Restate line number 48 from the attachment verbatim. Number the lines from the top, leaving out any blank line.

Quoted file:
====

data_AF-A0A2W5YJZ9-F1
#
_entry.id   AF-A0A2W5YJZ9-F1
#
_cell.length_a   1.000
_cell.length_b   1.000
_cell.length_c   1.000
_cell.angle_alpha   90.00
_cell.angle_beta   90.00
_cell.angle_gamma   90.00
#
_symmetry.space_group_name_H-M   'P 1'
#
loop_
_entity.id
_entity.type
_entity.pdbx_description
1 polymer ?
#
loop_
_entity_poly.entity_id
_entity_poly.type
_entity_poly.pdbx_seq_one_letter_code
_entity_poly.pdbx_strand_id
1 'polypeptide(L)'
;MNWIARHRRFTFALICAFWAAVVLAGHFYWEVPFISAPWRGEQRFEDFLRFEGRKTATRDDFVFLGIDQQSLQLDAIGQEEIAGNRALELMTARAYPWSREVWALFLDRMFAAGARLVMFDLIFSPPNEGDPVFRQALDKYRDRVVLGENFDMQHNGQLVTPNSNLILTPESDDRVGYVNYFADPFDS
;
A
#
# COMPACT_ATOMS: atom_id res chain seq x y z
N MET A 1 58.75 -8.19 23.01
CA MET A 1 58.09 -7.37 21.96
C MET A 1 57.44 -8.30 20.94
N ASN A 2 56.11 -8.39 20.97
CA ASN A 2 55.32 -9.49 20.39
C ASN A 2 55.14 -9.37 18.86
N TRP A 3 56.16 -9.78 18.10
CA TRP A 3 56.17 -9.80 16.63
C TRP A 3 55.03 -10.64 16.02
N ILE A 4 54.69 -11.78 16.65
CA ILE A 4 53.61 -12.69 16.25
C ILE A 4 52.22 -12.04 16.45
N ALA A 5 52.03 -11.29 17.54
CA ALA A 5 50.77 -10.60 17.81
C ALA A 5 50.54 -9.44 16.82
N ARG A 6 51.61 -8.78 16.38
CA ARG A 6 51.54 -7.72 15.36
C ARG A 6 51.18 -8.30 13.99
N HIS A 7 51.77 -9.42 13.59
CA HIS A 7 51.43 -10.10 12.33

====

C ARG A 6 51.18 -8.30 13.99